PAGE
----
“Isn’t it good, Norwegian Wood?”

So, a colleague of mine here in the Historic Resources Management Branch recently returned from a course on wood conservation in Oslo, Norway.

While he didn’t find out why John Lennon lit a former lover’s house on fire as the song strangely suggests, he did attend the 2018 International Course on Wood Conservation Technology (ICWCT). A biennial course that gathers academics, professors and scientists from around the world (including two from Canada) to deliver lectures, ICWCT also combines this with field work and theory centered on the practice of wood conservation.

1280px-Borgund_Stavekirk,_Norway
The Borgund Stave Church in Lærdalen, Norway was built just before 1150. From the Middle Ages up until the beginning of the twentieth century the use of pine tar was restricted to the protection of churches, since it was both time-consuming  and expensive to produce. This goes a long way towards explaining why outdoor woodwork on the stave churches from the twelfth century which has been protected with pine tar is preserved in an excellent condition. Norwegian church accounts reveal that the local farmers and villagers were obliged to apply fresh tar to the external walls of the stave churches at ten yearly intervals*. Photo by: AzaToth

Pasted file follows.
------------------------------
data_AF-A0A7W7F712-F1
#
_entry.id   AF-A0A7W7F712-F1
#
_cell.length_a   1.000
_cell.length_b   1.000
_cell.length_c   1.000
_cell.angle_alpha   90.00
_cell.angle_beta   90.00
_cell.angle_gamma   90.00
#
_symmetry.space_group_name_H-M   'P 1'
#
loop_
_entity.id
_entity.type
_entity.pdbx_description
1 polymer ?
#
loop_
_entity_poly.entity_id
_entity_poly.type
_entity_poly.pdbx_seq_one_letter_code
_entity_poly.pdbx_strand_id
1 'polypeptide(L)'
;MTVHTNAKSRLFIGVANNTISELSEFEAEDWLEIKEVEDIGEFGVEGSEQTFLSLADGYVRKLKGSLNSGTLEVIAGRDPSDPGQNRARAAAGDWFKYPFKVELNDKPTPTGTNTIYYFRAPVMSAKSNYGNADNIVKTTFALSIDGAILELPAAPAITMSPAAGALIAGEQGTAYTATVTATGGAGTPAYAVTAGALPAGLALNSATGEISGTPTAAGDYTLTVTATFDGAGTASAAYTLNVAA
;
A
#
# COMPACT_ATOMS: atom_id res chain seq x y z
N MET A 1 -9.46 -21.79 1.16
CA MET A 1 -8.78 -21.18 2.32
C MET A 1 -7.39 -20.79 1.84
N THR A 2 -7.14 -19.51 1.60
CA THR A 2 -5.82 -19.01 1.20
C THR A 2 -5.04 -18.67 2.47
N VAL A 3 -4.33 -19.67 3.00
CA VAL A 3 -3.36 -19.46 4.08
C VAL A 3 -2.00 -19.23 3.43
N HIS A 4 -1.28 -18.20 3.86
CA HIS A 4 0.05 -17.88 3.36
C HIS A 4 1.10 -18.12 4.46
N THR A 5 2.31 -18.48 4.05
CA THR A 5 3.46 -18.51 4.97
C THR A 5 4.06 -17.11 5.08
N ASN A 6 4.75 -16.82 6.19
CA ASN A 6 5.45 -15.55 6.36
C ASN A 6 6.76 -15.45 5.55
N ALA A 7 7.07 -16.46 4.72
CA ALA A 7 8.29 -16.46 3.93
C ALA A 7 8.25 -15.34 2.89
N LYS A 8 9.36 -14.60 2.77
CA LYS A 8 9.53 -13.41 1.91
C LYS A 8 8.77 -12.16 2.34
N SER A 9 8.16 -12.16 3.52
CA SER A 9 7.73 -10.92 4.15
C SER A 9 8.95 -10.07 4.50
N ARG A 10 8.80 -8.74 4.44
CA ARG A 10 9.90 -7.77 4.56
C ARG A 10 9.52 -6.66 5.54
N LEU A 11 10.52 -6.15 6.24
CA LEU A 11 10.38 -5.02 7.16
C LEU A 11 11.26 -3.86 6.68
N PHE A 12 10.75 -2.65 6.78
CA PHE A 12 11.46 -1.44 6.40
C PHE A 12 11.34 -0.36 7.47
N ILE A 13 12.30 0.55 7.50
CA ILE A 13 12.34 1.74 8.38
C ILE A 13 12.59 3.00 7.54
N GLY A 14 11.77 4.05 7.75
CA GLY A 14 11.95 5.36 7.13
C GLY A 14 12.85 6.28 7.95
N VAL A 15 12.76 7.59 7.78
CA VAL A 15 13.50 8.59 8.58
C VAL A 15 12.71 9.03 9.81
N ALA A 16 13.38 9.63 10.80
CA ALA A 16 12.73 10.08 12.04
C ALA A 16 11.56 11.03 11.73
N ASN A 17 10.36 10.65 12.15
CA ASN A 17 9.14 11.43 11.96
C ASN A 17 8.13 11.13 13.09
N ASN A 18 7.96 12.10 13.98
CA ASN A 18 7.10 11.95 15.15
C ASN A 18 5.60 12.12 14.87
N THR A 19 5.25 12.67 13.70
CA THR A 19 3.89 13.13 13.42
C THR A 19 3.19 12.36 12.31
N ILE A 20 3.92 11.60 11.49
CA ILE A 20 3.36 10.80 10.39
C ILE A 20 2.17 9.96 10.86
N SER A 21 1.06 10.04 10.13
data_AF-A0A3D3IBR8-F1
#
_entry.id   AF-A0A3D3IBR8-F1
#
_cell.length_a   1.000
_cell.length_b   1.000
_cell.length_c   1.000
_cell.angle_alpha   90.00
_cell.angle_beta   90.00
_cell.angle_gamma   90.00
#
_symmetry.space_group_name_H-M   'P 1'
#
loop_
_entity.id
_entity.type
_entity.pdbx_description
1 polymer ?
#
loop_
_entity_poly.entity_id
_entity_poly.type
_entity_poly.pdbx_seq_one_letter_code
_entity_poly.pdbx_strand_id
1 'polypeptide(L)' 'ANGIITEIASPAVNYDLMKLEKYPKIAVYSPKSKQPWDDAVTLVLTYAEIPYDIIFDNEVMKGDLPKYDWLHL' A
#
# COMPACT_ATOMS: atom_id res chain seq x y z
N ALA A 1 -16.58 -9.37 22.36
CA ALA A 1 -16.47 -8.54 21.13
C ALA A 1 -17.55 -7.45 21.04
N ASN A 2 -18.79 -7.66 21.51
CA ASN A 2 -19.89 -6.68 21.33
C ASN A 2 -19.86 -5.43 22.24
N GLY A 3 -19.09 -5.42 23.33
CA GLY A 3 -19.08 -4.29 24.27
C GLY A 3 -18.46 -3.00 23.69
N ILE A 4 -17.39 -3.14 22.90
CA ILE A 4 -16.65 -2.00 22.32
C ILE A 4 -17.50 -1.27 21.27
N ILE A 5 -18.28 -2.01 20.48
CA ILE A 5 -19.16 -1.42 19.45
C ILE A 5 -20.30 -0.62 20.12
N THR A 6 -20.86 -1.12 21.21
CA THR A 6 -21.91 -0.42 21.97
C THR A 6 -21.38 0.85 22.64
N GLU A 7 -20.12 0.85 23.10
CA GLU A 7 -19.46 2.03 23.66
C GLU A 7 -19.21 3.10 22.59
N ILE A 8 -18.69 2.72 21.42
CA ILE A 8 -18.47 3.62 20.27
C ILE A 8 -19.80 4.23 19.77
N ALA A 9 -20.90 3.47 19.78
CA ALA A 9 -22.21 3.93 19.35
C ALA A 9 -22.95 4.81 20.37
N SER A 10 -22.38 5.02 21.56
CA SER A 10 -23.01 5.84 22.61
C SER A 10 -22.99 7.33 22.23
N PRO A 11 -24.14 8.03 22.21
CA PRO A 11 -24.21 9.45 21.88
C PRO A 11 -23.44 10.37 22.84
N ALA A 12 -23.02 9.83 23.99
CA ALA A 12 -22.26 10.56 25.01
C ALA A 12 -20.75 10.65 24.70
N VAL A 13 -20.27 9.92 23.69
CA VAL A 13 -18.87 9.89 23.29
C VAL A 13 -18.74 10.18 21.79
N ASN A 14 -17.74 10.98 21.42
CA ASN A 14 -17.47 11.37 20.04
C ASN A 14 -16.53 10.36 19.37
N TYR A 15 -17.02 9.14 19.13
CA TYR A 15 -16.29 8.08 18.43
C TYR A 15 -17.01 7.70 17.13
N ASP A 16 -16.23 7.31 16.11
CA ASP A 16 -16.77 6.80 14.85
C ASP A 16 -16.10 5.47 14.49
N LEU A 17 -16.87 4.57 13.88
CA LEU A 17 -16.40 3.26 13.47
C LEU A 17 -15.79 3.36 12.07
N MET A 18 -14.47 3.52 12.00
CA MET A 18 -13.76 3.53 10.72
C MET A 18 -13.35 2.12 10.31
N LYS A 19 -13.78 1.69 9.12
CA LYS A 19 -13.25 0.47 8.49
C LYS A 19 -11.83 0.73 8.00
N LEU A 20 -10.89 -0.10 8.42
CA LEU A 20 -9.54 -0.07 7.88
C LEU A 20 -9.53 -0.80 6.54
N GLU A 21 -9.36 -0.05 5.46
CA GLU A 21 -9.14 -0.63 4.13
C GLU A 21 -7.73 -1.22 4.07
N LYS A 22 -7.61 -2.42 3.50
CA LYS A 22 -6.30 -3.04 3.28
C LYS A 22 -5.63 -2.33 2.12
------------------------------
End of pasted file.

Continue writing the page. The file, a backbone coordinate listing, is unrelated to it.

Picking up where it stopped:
Heritage Conservation Technologist Evan Oxland went to Norway to learn more about technical and theoretical aspects of wood conservation, as well as what other contemporary international approaches there are out there. He was the only Read more